Alligator hunters should consider the following when traveling to Florida in pursuit of an Alligator.
If you are considering an alligator hunt in Florida and are a (NON-RESIDENT) participating in the system for public waters hunts, be advised that the cost of the license (if you are selected) is over $1000.00. The permit will allow the harvest of two alligators. You will have to choose your harvest period in advance of the hunt.
If you expect to be successful it will be necessary for you to acquire a guide to hunt on the area which you were selected unless you have the equipment required and have alligator hunting experience.
You will have the cost of the guide (usually per-night) to consider. It will be necessary to purchase a $50.00 agents licenses for each person participating in the harvest of alligators with you.
You will have lodging costs to consider as well. You can use our service, hunt anytime of the year you want and harvest a four to six foot alligator (guaranteed opportunity) utilizing our experienced guides with all licenses and permit costs included for less than the cost of your license and permit from the state.
Please be sure to research the type of hunt you are purchasing and what you can expect. Certain types of hunts offered by Nuisance Trappers licensed by the state are just that. Nuisance Trappers are issued a tag by the state to harvest a select alligator that has become a Nuisance to the public and are required to harvest that alligator out of a select area.
You can research Nuisance Trappers and the requirements by contacting the Florida Game and Freshwater Fish Commission or research them online at www.myfwc.com
If you are coming to Florida to hunt real wild alligators, be sure that the operation you select offers them. Make sure they are wild alligators not ones purchased at alligator farms and placed into an area just prior to the hunt. This is a legal practice as of March 2008.
These farm raised alligators are not very weary of humans. Remember that gators over 9 feet in length are always males. Large males didn't get that way from being stupid. Chances are if the alligator is nine or ten feet in length he has been hunted before by someone by legal or illegal means and is very aware of his environment around him. They have excellent eyesight, hearing and sense of smell.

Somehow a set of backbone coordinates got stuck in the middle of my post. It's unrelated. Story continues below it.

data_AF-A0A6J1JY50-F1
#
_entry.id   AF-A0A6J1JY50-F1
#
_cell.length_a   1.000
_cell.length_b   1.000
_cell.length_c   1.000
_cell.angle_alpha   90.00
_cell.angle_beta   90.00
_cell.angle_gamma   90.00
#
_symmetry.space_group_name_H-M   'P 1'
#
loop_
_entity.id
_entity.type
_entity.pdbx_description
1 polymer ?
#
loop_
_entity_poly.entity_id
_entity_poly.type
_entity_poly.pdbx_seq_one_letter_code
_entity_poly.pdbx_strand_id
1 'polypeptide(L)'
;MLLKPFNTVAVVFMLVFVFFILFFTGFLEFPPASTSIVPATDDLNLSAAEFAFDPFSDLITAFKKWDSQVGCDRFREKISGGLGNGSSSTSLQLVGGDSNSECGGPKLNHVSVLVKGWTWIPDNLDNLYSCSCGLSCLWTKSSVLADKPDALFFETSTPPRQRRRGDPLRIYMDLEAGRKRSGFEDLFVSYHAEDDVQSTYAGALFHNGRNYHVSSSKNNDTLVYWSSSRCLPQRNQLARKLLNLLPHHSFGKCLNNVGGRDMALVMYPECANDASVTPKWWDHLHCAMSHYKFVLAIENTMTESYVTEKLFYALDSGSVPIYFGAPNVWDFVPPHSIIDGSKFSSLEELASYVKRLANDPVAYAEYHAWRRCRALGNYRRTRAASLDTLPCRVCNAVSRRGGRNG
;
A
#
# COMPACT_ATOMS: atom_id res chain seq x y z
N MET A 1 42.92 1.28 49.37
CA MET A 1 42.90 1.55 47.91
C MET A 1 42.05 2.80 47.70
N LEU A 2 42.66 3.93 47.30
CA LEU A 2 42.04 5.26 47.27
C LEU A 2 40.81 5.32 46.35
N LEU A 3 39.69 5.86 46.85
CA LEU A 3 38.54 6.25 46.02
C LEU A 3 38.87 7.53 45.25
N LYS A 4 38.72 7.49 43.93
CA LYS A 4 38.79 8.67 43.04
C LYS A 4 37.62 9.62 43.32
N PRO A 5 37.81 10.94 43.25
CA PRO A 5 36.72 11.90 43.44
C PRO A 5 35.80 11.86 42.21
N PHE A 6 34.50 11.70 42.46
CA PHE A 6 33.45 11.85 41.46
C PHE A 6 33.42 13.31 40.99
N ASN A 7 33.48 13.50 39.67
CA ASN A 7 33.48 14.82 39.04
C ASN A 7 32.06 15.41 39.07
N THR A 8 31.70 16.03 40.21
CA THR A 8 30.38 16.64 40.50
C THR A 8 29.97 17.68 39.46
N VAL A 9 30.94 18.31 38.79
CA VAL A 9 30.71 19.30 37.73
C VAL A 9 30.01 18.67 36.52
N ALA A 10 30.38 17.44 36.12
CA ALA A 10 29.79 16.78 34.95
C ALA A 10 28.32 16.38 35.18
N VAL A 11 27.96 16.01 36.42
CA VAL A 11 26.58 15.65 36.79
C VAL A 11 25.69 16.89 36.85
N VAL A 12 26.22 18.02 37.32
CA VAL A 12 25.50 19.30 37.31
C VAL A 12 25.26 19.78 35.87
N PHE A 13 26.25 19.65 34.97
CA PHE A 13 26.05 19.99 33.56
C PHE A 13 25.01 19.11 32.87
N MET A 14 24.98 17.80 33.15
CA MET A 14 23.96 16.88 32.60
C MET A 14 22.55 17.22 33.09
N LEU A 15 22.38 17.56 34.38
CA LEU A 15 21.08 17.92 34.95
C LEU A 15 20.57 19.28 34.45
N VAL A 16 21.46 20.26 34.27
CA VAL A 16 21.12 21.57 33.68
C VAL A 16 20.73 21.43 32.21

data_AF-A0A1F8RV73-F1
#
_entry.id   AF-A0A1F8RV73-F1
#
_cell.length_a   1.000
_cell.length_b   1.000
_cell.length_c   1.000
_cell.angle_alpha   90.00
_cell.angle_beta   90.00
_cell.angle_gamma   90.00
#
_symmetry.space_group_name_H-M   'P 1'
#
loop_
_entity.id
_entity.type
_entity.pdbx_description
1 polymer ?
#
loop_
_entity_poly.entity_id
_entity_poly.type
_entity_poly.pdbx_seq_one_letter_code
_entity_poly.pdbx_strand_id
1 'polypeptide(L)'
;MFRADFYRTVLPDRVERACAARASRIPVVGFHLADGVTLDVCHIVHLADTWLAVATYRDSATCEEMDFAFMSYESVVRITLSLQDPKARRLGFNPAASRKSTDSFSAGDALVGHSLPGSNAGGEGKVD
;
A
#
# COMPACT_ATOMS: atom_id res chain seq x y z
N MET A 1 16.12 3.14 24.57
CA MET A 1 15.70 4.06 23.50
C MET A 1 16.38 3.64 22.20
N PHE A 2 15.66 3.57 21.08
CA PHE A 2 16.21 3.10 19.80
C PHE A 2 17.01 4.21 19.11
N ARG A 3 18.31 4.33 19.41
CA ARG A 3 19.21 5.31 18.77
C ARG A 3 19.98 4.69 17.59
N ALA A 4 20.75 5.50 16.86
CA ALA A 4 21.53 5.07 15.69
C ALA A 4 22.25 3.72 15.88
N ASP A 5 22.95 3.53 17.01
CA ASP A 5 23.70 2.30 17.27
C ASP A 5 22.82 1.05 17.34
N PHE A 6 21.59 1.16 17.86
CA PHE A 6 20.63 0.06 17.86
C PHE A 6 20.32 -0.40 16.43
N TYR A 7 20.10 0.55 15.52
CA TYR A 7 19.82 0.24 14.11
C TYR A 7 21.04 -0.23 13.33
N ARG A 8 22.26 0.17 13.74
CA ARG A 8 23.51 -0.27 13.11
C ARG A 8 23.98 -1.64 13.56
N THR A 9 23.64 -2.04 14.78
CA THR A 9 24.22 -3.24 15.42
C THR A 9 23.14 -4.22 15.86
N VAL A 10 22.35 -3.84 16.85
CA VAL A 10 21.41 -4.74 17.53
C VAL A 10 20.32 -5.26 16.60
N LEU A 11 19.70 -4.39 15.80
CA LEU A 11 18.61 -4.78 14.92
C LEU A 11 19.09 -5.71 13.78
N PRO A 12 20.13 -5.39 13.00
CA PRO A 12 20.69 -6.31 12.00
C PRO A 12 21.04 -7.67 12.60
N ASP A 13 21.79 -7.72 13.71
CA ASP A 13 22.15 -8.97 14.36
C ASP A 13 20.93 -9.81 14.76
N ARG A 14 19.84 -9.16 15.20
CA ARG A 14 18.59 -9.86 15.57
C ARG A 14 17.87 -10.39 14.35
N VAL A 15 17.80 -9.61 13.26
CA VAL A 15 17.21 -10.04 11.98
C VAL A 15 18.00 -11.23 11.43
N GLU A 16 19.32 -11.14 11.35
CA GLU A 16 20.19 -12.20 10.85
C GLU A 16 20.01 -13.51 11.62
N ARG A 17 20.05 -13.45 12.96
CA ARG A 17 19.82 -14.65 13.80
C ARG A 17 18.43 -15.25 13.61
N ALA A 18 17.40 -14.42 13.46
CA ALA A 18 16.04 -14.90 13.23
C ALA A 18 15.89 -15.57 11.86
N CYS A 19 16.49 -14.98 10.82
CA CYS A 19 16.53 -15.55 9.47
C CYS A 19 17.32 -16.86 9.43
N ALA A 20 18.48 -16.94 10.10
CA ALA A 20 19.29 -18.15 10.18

If an operation GUARANTEES you a harvest (especially in a short time frame and on TROPHY alligators), please be careful in your selection of such operations as the alligators you could be hunting could be placed there prior to your arrival (legally). Several operations in Florida (advertising as guide services) also own and operate alligator farms as well and simply transfer alligators from the farm to the hunting area to be harvested.
The operation you choose should have a taxidermist available that handles a lot of ALLIGATORS. You should request his name prior to the hunt and call and talk to him personally. If he is a legitimate taxidermist he should answer any of your questions. This service should be included in the hunt. If not it should at least be available to you. The type of mount should be determined prior to the hunt if possible.
Alligator hunting is becoming very popular due to the many different television shows being produced by the networks. There are different regulations involving the harvest methods used on alligators and vary from state to state. For instance, the use baited hooks for the harvest of alligators on public waters is NOT permitted in the state of Florida. The use of FIREARMS on public waters is also NOT permitted in Florida.
There are hunting shows on television where alligators are harvested using rifles during the daylight hours and the guide has the client target the head of the alligator for the shot placement. If you expect a quality mount from any taxidermist in which you are going to have the head included you can't target the head of the alligator. The head is solid bone and will be destroyed with a high powered bullet.
It has come to our attention that certain guide services in Florida are keeping your hides or shipping you different hides than the one you harvest. They are giving you less valuable hides (damaged hides) and selling your hides for products. Make sure your written receipt from the operator lists the CITES TAG NUMBER of the alligator YOU harvested. Also, make sure you witness the guide or operator place a CITES tag in the tail of the alligator after harvest.
While hunting in Florida for alligators, if you believe you have witnessed something that doesn't seem quite right or something illegal please contact the Florida Fish and Wildlife Conservation Commission at www.myfwc.com